Well, seems that he’s also in talks to team up with Tarsem Singh in an action thriller The Panopticon, but the premise seems wholly generic to me: “The Panopticon” follows a seemingly ordinary man who receives a mysterious package containing a pre-recorded message from himself, warning that the world is about to end and only he can save it. He must race against the clock to piece together the puzzle before time runs out for mankind. Meh, I’m kind of tired of this ‘one man left on earth to save the world’ premise. It’s so stale, derivative and hackneyed that it’s REALLY hard to actually make a good film out of it. But then again, John Wick‘s premise isn’t exactly groundbreaking either but the film still turned out fresh and fun. Judging from Tarsem’s past work though, it’d probably be more of a visual feast than an absorbing story.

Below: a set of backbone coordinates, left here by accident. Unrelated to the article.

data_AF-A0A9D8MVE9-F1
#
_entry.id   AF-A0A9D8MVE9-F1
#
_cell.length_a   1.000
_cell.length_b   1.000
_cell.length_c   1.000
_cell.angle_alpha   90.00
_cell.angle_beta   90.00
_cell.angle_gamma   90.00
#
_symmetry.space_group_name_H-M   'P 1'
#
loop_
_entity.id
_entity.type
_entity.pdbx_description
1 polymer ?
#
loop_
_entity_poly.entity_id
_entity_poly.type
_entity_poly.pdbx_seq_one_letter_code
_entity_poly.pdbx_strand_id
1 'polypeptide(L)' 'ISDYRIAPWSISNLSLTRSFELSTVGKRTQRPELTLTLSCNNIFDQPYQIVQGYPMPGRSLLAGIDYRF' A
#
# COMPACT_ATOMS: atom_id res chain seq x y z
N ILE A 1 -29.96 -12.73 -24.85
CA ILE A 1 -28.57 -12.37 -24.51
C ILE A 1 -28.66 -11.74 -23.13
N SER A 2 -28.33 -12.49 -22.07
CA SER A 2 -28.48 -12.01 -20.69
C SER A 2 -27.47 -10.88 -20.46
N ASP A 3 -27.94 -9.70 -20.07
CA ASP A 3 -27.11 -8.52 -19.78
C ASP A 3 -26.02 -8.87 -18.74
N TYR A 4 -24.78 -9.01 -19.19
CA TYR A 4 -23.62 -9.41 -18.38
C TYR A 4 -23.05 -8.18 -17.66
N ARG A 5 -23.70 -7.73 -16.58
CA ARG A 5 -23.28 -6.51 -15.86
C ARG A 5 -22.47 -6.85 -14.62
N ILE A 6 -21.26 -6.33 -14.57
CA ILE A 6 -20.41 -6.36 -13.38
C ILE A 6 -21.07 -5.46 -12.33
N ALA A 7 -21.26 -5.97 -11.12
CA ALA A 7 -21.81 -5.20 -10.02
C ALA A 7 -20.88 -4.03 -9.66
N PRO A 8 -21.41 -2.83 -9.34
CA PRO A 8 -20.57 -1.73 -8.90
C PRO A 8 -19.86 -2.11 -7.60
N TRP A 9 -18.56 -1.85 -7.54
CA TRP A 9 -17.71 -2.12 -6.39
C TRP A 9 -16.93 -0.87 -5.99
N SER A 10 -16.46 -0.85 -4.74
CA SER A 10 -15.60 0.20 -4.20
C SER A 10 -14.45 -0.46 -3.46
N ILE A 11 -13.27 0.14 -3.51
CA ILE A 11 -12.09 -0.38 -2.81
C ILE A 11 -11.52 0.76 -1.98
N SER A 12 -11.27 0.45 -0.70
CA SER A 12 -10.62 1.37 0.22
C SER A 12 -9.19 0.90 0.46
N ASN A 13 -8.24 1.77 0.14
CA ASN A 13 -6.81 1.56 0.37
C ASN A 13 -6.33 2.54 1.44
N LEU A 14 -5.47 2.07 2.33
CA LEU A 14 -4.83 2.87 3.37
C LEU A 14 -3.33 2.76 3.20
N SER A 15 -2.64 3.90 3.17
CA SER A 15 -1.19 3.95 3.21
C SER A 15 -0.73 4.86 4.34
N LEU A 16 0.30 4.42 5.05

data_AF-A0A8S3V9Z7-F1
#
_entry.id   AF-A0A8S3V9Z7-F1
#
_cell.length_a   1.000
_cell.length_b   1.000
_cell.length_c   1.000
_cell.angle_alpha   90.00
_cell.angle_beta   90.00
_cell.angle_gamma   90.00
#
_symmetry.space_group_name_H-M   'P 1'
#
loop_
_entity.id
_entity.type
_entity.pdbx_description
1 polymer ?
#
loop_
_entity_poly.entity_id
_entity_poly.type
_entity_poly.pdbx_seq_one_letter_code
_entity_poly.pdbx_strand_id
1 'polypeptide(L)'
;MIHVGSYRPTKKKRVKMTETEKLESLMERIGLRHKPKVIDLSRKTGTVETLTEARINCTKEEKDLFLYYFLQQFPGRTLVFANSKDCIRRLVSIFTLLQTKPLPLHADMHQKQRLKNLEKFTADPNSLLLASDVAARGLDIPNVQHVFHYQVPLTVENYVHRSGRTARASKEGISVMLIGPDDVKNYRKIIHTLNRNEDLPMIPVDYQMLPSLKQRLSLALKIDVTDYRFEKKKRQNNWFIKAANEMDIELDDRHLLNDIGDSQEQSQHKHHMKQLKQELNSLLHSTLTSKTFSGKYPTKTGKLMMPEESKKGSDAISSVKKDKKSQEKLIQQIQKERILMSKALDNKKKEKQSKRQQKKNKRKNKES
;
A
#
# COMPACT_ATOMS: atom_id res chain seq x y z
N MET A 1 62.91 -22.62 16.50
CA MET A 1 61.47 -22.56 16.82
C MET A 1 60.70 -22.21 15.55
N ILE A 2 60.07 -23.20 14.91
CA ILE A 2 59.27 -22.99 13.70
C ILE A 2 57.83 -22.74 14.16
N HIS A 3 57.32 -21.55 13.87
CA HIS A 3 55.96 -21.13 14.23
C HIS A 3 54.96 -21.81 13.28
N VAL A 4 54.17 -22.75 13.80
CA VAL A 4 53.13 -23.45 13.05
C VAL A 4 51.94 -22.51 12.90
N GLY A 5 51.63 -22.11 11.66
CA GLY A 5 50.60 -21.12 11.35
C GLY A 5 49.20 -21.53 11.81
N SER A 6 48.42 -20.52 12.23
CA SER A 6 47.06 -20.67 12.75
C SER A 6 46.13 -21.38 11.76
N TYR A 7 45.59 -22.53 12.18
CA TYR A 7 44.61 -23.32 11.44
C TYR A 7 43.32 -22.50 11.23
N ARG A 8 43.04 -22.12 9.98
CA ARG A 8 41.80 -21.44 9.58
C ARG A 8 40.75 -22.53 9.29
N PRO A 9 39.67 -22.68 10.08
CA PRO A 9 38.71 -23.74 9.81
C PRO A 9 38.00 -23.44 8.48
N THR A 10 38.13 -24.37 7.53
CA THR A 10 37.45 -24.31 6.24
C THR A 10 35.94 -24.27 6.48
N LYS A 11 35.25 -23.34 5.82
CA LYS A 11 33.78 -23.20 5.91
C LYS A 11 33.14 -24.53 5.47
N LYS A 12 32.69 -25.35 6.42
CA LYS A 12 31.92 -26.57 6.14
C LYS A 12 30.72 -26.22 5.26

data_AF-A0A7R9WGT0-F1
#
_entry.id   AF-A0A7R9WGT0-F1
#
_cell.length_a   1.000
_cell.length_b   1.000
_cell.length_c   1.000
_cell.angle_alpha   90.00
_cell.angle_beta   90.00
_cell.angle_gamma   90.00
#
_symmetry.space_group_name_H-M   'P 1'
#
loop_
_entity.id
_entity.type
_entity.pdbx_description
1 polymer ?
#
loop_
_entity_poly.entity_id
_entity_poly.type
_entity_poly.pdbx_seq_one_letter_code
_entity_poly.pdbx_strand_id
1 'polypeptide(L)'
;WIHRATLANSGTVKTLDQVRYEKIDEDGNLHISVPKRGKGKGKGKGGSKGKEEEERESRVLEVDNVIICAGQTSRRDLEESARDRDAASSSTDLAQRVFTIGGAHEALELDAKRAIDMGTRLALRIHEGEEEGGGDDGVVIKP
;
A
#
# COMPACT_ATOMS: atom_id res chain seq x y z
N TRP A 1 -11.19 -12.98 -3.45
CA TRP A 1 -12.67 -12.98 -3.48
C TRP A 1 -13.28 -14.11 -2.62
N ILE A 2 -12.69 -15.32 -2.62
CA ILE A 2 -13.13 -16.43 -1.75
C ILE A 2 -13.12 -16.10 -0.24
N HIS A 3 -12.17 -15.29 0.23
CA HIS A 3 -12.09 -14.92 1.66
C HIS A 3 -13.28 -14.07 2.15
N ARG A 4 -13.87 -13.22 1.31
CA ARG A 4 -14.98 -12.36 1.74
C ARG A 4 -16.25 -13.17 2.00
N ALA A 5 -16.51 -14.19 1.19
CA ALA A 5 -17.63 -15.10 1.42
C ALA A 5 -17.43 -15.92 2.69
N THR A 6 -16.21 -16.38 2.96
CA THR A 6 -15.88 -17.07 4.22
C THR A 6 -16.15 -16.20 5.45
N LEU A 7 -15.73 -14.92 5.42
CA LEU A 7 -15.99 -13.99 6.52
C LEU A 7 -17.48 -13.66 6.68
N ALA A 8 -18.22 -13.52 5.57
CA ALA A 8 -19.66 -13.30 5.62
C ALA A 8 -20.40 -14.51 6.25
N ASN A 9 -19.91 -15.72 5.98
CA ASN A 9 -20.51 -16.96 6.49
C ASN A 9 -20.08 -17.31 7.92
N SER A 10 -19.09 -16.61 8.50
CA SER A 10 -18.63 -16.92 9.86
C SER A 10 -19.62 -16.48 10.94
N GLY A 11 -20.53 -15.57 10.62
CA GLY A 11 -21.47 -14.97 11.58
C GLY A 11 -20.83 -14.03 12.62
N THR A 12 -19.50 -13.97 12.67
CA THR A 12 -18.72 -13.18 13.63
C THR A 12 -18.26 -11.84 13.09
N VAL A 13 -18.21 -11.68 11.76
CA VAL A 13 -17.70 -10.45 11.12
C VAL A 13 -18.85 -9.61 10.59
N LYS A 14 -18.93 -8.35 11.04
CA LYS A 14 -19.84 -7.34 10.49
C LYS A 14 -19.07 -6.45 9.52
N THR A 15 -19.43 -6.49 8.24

Boy, Keanu is one busy dude. Per The Wrap, he’s recently wrapped Eli Roth‘s “Knock Knock” and the courtroom drama “The Whole Truth,” and he’s currently filming the indie “Daughter of God.” Oh and supposedly he’s also working on Bill & Ted‘s 2?

Mel Gibson to direct Andrew Garfield in a WWII drama?

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Now this last one is intriguing to me as Mel Gibson hasn’t directed any film since Apocalypto nearly a decade ago. Regardless of how you feel about the actor/director, I think he’s a talented filmmaker.